"A person commits forgery when, with intent to defraud, he knowingly:

(1) Makes or alters any document apparently capable of defrauding another in such manner that it purports to have been made by another or at another time, or with different provisions, or by authority of one who did not give such authority * * *." (Emphasis added.) (Ill. Rev. Stat. 1975, ch. 38, par. 17-3(a).)

Thus, the common law rule of Gilbert is inapposite because the Illinois forgery statute specifically prohibits the unauthorized making or alteration of a document. (See People v. Young (1974), 19 Ill. App.3d 455, 311 N.E.2d 609.) We hold, therefore, that the trial court did not err in finding defendant guilty of forgery.

Defendant raises the issue of whether an indictment may be voted by less than a quorum of informed jurors. The grand jury heard evidence on this case between May 1978 and August 1979. On August 3, 1979, 19 jurors were present when the vote to indict was taken. Of the 19, 9 were present on all dates when evidence was presented, and 14 were present when defendant testified on June 27, 1978. Defendant contends that he was deprived of his right to a quorum of informed jurors.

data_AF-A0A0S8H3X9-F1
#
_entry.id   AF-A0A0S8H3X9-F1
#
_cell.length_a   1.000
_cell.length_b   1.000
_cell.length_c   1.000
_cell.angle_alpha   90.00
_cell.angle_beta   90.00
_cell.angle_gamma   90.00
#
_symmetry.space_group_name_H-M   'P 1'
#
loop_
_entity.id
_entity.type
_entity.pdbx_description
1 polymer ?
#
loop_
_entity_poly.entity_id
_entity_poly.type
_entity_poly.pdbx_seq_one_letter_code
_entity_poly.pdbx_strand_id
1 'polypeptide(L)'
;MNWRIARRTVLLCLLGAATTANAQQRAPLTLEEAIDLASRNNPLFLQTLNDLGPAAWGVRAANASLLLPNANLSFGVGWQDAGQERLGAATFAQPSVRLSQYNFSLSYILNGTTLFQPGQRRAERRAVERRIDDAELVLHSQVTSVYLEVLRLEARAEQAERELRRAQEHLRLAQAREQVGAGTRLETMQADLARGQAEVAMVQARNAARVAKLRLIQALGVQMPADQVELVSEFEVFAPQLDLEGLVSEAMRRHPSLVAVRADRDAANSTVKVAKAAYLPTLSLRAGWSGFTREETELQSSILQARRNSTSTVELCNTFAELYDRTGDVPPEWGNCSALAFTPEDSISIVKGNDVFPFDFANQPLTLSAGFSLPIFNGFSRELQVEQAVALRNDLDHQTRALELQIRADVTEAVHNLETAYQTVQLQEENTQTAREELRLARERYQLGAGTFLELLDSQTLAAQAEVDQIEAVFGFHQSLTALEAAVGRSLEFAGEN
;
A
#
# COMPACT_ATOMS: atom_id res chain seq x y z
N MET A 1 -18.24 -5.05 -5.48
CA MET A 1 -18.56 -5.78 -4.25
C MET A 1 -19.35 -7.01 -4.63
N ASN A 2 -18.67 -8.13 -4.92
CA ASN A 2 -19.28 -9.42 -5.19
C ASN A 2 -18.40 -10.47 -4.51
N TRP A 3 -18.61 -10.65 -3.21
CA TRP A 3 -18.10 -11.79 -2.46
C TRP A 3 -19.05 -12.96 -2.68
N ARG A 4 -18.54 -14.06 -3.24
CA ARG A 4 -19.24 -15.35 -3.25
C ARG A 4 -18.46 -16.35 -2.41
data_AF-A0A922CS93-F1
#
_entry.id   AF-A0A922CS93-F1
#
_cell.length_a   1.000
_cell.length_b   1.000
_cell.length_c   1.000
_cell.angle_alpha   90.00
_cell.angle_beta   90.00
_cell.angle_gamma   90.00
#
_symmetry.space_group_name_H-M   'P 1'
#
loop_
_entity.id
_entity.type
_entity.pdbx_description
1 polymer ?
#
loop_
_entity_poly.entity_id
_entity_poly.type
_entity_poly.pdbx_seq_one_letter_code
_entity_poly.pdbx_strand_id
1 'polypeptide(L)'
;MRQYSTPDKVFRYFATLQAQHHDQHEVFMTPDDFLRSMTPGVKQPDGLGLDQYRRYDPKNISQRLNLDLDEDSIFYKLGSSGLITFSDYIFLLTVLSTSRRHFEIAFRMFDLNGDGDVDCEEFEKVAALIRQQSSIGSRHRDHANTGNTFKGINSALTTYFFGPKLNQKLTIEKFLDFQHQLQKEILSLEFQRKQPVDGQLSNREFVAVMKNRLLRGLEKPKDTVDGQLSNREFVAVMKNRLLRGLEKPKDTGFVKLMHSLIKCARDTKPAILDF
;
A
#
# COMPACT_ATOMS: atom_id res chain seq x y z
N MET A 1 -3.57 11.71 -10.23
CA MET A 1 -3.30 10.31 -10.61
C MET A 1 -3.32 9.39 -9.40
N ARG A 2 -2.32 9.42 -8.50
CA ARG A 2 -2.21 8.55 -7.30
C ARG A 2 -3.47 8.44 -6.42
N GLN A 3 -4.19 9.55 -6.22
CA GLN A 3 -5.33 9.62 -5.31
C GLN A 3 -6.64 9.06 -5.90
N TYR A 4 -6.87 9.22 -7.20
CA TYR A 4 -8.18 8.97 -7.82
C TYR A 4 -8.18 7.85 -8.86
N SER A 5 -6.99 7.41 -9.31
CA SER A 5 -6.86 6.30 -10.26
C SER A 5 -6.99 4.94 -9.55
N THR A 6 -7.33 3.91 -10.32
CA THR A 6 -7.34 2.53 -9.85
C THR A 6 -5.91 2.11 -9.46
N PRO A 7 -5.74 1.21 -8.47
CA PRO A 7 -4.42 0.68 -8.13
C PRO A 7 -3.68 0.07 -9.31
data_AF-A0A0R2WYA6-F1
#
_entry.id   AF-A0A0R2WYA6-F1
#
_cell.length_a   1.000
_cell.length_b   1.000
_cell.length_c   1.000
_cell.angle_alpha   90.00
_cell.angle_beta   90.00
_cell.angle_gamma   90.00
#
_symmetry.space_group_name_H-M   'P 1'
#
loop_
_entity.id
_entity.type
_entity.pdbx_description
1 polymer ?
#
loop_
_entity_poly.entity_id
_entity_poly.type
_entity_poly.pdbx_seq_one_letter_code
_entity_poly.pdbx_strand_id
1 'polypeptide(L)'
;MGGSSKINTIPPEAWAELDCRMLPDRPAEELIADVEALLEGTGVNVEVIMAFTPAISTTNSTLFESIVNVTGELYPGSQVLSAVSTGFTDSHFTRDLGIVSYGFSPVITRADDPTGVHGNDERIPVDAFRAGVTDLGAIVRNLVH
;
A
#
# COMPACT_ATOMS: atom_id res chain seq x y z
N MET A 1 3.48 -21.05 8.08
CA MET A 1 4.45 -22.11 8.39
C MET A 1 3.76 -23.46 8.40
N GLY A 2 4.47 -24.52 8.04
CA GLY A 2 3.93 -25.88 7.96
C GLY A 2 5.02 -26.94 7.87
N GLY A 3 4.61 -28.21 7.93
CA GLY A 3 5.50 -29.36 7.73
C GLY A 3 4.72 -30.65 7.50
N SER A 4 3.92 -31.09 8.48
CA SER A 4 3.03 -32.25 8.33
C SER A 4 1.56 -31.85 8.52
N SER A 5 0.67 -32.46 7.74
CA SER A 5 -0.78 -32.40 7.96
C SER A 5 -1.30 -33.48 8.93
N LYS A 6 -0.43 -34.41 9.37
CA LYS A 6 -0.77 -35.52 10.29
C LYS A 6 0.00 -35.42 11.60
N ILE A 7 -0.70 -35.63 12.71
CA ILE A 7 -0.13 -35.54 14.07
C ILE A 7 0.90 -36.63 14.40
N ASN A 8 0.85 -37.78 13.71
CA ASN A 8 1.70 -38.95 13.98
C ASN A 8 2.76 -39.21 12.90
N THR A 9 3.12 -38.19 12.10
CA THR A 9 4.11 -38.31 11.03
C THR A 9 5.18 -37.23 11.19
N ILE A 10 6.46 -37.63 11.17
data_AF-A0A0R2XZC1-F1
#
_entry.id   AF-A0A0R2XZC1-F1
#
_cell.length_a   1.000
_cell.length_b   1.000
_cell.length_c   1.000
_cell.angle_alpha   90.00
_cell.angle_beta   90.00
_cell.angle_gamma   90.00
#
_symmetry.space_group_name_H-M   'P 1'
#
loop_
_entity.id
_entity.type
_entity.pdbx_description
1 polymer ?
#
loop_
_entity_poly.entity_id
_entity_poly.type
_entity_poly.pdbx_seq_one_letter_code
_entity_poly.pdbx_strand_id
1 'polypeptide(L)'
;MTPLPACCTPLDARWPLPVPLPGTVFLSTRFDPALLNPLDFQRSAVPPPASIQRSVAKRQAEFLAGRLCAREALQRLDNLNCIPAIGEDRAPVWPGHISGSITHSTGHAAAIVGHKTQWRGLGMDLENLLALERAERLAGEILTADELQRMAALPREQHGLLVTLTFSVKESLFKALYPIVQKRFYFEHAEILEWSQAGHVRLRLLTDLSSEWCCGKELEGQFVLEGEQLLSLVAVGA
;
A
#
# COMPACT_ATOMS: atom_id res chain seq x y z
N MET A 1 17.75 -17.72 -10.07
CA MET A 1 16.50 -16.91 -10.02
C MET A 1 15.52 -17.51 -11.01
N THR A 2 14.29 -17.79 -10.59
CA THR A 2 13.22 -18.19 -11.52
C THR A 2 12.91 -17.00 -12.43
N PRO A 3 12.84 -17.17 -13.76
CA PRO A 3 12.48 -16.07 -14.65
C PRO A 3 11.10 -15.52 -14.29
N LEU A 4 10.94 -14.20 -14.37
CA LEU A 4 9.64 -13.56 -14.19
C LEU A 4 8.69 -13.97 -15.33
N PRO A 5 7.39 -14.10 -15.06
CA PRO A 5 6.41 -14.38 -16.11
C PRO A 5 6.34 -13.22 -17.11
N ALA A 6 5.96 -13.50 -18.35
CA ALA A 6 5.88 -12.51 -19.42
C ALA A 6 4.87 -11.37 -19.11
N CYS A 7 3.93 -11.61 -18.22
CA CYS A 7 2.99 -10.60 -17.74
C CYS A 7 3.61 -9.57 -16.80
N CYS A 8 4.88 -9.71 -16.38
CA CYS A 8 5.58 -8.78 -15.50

• 4 A grand jury consists of 23 persons, 16 of whom constitute a quorum. (Ill. Rev. Stat. 1979, ch. 38, par. 112-2.) If 12 of 16 jurors concur that the evidence before them constitutes probable cause, then the indictment shall be returned in open court. (Ill. Rev. Stat. 1979, ch. 38, par. 112-4(d).) In the instant case, the statutory requirements were fulfilled. We reject defendant's argument that reads into the statute a requirement that every juror voting on an indictment must have heard all the evidence. As Judge Learned Hand stated in United States ex rel. McCann v. Thompson (2d Cir. 1944), 144 F.2d 604, 607: